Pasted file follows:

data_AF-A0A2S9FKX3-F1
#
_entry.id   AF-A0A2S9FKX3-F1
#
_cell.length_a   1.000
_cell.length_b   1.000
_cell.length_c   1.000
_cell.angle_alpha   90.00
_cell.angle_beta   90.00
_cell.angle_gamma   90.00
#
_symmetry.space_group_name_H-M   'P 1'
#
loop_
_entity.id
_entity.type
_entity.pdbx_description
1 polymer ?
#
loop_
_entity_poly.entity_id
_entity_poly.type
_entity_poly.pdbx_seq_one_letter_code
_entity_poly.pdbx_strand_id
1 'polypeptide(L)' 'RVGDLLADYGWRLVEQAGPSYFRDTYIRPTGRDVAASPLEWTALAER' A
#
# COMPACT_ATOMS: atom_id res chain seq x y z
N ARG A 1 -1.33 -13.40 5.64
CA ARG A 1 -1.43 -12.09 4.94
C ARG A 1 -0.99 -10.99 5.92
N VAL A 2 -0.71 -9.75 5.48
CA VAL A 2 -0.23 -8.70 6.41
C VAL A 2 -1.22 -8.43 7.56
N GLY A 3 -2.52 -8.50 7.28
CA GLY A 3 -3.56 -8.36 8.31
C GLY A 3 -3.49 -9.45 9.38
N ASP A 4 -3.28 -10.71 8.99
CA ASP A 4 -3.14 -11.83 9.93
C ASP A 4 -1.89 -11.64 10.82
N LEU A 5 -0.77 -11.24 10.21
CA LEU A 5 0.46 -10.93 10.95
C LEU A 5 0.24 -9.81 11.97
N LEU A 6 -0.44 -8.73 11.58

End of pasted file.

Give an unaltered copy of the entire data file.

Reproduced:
data_AF-A0A2S9FKX3-F1
#
_entry.id   AF-A0A2S9FKX3-F1
#
_cell.length_a   1.000
_cell.length_b   1.000
_cell.length_c   1.000
_cell.angle_alpha   90.00
_cell.angle_beta   90.00
_cell.angle_gamma   90.00
#
_symmetry.space_group_name_H-M   'P 1'
#
loop_
_entity.id
_entity.type
_entity.pdbx_description
1 polymer ?
#
loop_
_entity_poly.entity_id
_entity_poly.type
_entity_poly.pdbx_seq_one_letter_code
_entity_poly.pdbx_strand_id
1 'polypeptide(L)' 'RVGDLLADYGWRLVEQAGPSYFRDTYIRPTGRDVAASPLEWTALAER' A
#
# COMPACT_ATOMS: atom_id res chain seq x y z
N ARG A 1 -1.33 -13.40 5.64
CA ARG A 1 -1.43 -12.09 4.94
C ARG A 1 -0.99 -10.99 5.92
N VAL A 2 -0.71 -9.75 5.48
CA VAL A 2 -0.23 -8.70 6.41
C VAL A 2 -1.22 -8.43 7.56
N GLY A 3 -2.52 -8.50 7.28
CA GLY A 3 -3.56 -8.36 8.31
C GLY A 3 -3.49 -9.45 9.38
N ASP A 4 -3.28 -10.71 8.99
CA ASP A 4 -3.14 -11.83 9.93
C ASP A 4 -1.89 -11.64 10.82
N LEU A 5 -0.77 -11.24 10.21
CA LEU A 5 0.46 -10.93 10.95
C LEU A 5 0.24 -9.81 11.97
N LEU A 6 -0.44 -8.73 11.58